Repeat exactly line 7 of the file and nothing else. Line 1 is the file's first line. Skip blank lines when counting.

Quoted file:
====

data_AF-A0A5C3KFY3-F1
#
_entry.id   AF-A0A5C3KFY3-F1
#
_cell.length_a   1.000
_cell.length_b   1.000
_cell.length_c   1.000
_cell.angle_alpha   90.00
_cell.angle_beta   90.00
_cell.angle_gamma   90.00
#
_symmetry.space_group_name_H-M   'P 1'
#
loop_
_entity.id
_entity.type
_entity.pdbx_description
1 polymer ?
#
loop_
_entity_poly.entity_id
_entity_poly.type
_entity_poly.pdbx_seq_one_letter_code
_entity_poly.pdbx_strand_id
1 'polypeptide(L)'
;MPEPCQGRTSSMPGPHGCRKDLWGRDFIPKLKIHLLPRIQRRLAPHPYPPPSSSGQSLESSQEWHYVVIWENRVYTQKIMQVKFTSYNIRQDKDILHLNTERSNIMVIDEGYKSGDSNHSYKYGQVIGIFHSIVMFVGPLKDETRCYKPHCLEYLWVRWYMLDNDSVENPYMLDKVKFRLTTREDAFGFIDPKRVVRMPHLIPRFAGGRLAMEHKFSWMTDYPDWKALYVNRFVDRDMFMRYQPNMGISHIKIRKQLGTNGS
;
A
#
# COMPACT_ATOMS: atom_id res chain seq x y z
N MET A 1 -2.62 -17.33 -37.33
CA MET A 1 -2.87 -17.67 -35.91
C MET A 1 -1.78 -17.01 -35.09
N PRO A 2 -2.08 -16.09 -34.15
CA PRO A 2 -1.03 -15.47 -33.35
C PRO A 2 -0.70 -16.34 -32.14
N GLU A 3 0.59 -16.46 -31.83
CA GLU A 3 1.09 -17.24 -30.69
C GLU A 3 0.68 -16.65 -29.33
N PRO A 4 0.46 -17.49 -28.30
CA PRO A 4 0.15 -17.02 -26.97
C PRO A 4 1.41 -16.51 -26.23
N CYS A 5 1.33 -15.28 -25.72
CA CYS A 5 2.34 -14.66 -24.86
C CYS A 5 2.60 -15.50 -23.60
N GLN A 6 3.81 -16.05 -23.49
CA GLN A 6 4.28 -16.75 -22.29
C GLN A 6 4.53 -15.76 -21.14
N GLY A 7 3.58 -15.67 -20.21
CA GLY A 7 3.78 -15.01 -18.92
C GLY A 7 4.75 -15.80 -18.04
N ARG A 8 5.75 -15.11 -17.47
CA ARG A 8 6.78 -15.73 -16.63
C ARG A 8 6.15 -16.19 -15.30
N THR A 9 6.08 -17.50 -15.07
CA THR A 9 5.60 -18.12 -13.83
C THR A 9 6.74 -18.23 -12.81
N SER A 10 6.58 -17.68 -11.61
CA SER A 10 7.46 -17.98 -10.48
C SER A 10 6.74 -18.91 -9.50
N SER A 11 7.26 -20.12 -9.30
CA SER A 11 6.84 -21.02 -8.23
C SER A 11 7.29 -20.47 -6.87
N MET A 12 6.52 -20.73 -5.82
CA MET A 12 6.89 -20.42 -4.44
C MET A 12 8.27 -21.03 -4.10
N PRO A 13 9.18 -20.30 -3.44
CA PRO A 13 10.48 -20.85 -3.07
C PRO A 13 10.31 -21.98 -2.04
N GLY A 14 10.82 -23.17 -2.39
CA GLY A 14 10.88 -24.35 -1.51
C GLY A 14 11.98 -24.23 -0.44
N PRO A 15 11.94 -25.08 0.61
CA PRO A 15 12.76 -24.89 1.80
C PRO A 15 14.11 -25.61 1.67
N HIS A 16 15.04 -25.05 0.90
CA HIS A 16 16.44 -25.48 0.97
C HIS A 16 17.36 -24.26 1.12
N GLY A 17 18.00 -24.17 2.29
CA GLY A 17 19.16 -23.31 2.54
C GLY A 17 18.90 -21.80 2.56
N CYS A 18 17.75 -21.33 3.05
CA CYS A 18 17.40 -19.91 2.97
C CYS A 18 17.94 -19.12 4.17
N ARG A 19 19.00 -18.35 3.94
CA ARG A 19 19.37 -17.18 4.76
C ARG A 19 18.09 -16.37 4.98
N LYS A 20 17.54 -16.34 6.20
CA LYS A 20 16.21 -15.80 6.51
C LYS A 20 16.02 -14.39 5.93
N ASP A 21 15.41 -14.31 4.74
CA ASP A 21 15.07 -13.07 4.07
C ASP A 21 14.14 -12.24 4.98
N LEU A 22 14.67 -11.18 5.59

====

_cell.length_c   1.000